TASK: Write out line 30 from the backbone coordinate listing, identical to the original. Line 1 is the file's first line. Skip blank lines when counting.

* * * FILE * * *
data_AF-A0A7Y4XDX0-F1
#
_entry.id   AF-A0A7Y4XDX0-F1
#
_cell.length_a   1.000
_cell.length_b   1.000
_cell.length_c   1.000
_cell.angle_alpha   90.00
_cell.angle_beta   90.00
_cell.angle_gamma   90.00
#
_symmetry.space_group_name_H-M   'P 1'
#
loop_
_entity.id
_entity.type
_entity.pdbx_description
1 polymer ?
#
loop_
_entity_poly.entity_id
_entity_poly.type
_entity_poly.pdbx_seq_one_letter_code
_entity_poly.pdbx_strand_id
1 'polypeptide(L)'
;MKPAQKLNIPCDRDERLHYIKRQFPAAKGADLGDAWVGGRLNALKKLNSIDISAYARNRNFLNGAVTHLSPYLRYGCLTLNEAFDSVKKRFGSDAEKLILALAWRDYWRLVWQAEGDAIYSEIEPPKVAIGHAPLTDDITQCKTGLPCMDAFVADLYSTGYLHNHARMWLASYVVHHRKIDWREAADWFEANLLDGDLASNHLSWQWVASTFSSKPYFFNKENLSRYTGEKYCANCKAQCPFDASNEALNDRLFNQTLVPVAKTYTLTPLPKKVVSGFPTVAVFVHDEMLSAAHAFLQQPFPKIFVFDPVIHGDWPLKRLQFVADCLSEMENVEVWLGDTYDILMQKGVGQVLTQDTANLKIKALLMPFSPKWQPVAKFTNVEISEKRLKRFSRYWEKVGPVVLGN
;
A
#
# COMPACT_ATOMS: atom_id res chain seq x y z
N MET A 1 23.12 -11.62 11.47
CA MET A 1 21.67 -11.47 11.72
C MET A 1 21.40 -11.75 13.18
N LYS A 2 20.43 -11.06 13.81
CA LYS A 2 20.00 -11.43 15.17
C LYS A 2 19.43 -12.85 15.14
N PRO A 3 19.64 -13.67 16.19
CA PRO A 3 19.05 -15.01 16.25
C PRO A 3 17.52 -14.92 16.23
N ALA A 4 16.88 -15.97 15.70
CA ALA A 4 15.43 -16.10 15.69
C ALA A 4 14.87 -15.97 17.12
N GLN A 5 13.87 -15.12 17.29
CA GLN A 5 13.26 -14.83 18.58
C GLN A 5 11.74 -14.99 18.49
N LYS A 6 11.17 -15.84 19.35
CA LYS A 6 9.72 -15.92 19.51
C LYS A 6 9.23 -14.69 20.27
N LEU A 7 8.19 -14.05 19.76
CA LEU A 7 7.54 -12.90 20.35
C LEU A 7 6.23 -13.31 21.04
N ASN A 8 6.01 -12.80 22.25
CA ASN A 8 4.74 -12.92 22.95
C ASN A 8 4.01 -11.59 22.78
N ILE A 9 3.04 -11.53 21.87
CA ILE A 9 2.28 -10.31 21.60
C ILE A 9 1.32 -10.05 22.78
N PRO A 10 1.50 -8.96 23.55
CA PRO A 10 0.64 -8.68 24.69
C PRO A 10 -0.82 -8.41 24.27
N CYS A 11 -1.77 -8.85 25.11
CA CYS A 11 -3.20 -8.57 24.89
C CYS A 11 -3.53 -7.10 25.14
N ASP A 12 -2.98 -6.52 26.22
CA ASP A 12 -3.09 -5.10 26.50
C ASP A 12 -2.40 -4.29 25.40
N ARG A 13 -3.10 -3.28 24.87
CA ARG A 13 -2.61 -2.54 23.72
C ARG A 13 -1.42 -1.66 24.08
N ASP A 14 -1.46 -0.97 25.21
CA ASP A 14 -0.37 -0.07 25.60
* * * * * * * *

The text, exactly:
# COMPACT_ATOMS: atom_id res chain seq x y z